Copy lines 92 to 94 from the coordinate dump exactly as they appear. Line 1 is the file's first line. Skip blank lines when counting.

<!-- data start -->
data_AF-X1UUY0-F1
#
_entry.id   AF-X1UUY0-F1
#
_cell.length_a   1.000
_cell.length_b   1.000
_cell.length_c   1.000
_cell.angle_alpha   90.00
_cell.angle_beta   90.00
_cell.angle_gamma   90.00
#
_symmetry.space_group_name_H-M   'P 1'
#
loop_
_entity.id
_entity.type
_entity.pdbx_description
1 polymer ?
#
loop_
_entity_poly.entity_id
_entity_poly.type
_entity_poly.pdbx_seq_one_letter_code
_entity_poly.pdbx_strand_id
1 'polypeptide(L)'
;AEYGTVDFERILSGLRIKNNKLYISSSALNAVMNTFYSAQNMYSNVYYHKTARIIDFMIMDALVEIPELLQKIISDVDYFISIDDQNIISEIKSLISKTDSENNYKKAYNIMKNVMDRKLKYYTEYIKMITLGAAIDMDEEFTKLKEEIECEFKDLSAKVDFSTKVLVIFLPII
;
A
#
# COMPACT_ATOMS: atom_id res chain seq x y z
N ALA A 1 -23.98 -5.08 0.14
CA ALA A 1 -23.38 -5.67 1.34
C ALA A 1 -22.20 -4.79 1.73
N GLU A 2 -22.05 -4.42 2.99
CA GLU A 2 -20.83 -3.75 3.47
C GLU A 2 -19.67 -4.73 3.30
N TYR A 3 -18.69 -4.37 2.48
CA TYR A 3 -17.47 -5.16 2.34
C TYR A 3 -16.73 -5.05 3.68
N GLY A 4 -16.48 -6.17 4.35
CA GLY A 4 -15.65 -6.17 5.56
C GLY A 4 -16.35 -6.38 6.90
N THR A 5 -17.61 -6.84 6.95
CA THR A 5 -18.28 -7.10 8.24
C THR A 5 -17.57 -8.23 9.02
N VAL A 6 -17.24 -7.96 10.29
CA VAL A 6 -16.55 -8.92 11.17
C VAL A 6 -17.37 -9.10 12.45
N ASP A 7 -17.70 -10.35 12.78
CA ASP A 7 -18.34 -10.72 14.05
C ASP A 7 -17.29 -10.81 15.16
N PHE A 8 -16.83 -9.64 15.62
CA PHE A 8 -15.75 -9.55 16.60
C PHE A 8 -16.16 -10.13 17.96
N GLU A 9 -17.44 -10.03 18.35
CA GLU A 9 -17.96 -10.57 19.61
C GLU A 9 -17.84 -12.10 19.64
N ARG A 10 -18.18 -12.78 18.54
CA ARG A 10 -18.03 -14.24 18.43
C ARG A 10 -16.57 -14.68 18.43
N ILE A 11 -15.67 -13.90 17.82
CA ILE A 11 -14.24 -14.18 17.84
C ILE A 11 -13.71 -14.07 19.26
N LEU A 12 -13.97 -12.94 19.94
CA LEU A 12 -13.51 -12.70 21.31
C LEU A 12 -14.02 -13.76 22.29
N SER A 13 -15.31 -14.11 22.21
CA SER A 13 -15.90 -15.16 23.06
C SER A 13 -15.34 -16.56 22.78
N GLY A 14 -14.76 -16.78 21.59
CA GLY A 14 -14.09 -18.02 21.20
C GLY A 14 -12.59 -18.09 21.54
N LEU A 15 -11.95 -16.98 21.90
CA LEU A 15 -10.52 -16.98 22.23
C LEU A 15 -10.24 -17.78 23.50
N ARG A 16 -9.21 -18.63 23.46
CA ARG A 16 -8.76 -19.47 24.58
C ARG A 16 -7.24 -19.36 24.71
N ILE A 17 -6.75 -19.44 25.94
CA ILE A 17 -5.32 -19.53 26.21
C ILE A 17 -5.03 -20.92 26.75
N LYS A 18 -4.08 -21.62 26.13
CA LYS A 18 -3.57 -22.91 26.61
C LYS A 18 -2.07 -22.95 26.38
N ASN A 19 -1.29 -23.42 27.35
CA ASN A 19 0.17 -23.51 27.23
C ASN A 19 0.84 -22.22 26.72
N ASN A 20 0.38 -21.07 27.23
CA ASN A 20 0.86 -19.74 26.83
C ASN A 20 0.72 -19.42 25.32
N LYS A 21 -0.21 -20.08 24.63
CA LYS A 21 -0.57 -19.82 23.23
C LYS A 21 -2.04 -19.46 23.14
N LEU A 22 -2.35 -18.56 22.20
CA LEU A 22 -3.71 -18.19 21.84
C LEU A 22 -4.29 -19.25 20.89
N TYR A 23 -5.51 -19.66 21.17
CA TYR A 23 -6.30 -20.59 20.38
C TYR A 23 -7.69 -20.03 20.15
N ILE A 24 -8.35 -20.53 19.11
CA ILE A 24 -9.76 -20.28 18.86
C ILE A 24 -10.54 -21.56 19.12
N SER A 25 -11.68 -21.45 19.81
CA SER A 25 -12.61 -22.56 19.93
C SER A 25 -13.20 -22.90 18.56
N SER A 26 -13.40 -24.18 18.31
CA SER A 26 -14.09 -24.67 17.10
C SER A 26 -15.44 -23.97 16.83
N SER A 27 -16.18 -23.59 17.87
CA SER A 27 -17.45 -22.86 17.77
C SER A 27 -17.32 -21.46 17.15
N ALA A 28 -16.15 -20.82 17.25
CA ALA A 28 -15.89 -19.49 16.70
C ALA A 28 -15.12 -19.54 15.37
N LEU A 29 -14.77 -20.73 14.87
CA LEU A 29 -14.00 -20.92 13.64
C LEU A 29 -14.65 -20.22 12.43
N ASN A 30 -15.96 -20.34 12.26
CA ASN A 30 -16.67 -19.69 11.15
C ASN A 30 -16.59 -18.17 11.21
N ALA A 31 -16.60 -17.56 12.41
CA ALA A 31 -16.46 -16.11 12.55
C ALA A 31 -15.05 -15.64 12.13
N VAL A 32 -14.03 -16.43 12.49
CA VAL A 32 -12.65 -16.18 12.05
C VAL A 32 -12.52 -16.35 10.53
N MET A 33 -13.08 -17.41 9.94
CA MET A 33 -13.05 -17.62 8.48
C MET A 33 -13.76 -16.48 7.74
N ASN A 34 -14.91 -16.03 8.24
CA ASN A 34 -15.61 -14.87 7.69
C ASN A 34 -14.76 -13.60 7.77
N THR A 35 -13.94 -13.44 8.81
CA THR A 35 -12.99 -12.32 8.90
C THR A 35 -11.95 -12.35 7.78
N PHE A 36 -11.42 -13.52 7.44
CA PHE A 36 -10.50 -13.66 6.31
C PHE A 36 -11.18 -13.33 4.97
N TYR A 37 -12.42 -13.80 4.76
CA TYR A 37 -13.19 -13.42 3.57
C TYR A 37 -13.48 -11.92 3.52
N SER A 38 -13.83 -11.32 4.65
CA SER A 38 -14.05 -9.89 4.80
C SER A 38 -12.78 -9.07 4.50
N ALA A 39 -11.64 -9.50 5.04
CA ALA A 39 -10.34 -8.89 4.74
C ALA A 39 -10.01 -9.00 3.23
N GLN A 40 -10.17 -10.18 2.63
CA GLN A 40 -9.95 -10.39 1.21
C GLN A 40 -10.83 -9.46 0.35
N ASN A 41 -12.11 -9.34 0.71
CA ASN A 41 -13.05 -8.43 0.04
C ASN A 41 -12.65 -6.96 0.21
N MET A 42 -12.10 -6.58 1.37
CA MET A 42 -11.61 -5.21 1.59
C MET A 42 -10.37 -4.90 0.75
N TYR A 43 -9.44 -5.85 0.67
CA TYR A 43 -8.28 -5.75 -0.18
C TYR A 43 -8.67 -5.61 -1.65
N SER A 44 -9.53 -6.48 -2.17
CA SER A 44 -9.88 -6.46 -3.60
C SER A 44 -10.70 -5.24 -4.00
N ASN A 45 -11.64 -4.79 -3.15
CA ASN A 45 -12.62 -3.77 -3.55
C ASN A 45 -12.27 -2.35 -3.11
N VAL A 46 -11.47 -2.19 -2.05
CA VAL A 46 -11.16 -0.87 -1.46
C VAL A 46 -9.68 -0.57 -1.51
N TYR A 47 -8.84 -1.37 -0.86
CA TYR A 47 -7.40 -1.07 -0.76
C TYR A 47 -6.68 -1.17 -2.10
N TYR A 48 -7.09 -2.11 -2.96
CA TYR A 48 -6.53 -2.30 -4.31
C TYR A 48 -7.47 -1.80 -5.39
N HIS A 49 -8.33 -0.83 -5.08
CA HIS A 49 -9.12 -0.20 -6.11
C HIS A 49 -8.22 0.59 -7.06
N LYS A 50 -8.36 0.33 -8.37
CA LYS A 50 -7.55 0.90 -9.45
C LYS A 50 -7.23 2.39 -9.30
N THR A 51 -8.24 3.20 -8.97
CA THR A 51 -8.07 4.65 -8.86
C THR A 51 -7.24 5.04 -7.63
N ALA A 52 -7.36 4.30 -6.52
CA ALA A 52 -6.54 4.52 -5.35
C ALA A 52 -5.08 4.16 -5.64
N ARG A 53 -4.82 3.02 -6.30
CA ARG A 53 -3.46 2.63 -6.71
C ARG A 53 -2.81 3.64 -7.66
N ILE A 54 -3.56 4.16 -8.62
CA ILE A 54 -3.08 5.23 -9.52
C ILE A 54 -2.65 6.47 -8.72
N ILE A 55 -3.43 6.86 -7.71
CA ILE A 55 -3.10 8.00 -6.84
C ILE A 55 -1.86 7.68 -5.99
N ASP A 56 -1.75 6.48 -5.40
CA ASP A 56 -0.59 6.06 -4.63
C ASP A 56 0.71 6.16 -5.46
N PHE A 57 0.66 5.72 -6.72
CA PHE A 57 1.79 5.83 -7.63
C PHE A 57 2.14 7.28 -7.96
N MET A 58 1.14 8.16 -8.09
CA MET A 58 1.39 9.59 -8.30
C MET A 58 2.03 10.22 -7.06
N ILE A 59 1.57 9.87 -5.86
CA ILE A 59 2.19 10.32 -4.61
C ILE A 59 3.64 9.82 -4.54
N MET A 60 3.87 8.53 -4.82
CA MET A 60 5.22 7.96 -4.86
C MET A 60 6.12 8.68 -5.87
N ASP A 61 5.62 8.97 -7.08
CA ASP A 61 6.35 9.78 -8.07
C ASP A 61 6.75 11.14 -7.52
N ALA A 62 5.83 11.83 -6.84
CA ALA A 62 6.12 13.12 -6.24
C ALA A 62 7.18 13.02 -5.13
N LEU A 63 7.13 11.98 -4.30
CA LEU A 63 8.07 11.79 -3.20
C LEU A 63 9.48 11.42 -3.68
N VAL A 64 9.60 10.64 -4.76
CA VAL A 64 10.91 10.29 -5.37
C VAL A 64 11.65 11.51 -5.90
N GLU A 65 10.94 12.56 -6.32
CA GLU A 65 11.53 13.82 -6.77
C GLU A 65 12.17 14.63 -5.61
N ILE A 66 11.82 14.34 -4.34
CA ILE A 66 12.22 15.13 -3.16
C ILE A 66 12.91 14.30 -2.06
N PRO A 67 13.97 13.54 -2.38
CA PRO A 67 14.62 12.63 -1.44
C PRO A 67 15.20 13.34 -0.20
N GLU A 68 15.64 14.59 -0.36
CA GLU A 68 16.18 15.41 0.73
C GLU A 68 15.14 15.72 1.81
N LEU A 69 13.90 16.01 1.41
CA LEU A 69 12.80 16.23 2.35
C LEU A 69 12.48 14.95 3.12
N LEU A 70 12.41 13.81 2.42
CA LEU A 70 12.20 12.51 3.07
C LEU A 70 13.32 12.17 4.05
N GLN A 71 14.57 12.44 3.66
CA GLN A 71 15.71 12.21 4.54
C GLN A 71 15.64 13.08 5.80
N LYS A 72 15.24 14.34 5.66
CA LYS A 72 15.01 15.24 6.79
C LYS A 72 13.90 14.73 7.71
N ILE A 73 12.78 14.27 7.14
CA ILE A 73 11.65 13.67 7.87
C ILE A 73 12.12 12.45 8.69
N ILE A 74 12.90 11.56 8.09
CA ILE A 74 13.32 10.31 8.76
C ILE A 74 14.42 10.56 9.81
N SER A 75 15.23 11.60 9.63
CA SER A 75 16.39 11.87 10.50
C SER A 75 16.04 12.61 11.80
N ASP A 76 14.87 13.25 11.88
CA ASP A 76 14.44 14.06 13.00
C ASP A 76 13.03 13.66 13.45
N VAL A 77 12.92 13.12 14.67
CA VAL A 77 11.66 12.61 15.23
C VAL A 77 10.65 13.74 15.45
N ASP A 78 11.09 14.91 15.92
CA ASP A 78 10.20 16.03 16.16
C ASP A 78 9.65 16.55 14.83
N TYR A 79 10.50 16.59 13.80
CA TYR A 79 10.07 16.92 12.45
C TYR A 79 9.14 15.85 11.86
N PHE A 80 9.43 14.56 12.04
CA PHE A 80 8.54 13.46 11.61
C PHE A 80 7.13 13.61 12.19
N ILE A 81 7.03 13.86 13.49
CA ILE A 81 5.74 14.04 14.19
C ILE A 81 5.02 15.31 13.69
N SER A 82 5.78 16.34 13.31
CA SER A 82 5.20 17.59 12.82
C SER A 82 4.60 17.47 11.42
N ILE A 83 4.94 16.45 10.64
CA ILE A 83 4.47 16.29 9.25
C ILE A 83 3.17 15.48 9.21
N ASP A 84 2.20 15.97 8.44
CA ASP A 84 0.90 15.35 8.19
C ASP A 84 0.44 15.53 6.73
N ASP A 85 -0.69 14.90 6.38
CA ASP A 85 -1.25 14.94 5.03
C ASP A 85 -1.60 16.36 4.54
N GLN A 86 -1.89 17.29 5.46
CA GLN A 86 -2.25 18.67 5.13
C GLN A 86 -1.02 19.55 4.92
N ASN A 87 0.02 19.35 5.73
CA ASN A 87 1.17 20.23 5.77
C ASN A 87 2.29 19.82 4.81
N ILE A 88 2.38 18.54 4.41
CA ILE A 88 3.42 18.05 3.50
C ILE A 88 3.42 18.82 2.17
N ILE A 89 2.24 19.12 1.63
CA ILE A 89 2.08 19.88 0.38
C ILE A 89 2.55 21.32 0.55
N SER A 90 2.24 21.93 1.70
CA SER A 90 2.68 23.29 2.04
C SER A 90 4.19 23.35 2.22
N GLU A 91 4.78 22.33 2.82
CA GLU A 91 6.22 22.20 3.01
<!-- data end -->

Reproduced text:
CA LYS A 21 -0.57 -19.82 23.23
C LYS A 21 -2.04 -19.46 23.14
N LEU A 22 -2.35 -18.56 22.20